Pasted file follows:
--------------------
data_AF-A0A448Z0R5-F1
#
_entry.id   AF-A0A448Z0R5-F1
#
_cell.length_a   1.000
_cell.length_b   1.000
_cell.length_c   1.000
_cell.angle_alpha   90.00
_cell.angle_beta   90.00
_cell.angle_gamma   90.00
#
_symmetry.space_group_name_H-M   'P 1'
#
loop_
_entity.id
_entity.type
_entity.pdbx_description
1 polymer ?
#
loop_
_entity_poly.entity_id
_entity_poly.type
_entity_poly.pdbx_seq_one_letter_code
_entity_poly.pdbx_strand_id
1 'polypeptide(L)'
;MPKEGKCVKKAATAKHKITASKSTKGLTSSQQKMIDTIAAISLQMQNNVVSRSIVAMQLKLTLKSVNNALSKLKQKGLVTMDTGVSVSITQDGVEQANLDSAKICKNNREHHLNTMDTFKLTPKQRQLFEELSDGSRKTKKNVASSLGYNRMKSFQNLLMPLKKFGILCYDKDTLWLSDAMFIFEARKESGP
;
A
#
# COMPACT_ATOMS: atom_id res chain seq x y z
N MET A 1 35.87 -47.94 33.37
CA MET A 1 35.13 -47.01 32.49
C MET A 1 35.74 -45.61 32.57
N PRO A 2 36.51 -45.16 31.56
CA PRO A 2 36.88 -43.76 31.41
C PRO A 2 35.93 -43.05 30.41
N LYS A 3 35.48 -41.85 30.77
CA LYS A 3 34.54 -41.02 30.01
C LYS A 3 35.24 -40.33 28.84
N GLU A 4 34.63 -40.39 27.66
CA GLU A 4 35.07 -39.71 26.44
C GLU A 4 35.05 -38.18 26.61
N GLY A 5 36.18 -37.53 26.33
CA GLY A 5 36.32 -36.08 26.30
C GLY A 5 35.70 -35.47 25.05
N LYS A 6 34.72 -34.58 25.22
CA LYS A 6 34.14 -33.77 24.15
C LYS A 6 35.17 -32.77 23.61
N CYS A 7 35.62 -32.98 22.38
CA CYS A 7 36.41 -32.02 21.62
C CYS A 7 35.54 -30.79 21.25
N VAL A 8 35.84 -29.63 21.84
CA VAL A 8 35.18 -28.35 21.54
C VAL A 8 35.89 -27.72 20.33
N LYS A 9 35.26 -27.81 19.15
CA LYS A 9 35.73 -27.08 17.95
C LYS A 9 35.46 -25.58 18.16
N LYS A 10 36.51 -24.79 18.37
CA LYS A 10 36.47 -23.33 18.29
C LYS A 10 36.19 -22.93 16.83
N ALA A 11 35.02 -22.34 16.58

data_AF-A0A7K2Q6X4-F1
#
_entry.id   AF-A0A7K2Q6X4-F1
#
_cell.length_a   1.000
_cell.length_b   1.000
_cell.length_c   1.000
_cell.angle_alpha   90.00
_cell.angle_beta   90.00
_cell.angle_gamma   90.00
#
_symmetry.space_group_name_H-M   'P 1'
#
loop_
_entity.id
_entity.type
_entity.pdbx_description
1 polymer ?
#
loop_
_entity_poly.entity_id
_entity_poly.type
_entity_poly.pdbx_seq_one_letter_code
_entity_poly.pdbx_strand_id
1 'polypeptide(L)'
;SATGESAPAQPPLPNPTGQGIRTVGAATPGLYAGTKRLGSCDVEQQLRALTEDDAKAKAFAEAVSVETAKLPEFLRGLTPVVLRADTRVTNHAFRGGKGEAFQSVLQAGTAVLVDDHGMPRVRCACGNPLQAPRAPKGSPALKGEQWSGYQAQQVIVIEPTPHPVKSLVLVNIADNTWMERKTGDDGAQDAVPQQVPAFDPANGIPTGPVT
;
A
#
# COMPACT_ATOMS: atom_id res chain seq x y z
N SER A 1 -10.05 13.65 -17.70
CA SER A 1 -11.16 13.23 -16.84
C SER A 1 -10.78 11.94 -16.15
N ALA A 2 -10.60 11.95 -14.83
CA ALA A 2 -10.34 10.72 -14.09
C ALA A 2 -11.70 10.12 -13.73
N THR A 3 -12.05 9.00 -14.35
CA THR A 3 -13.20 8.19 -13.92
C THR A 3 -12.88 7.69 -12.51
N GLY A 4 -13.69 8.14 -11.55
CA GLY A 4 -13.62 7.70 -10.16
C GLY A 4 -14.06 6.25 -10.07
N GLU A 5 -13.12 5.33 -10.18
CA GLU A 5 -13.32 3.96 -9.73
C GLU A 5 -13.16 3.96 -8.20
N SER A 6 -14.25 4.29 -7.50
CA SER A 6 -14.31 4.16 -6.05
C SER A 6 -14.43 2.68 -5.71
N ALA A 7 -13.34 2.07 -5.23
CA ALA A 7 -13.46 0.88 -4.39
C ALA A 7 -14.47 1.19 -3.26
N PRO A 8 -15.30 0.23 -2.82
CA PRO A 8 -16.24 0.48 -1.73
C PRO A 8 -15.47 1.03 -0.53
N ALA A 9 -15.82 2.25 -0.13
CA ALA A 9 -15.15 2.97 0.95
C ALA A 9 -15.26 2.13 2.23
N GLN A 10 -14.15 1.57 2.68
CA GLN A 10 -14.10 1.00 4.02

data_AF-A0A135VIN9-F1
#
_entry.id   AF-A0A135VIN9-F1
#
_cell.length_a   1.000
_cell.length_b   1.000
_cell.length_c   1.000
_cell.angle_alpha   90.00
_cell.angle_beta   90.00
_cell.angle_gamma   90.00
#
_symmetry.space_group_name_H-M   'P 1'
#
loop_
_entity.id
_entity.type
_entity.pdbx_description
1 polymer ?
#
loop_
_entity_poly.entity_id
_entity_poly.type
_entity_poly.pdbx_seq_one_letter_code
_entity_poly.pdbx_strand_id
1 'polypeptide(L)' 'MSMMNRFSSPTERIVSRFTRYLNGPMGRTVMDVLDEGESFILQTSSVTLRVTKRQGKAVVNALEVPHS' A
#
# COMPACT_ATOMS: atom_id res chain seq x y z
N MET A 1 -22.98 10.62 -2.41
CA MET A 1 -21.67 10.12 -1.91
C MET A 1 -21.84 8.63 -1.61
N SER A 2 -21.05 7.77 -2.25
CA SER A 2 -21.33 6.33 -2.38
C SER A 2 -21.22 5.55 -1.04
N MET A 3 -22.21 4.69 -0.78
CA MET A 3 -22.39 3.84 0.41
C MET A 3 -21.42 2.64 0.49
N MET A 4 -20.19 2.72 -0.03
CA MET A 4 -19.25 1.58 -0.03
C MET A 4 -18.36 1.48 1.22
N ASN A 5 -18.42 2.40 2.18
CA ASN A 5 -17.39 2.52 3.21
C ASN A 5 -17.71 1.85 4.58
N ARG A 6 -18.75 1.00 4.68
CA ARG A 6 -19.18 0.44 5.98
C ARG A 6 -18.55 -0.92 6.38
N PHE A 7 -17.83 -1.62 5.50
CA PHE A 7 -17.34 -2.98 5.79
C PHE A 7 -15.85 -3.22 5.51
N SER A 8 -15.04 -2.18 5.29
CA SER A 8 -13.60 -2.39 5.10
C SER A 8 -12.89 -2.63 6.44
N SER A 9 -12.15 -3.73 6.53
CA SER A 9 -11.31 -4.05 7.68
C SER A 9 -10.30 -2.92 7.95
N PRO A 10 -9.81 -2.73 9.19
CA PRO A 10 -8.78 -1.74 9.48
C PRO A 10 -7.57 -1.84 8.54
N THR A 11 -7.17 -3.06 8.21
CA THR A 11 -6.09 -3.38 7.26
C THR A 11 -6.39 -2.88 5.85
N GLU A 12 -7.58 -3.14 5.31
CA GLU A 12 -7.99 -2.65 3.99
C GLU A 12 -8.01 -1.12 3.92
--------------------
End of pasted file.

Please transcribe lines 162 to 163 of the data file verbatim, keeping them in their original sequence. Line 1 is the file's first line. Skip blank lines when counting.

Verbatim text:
C ASN A 5 -17.71 1.85 4.58
N ARG A 6 -18.75 1.00 4.68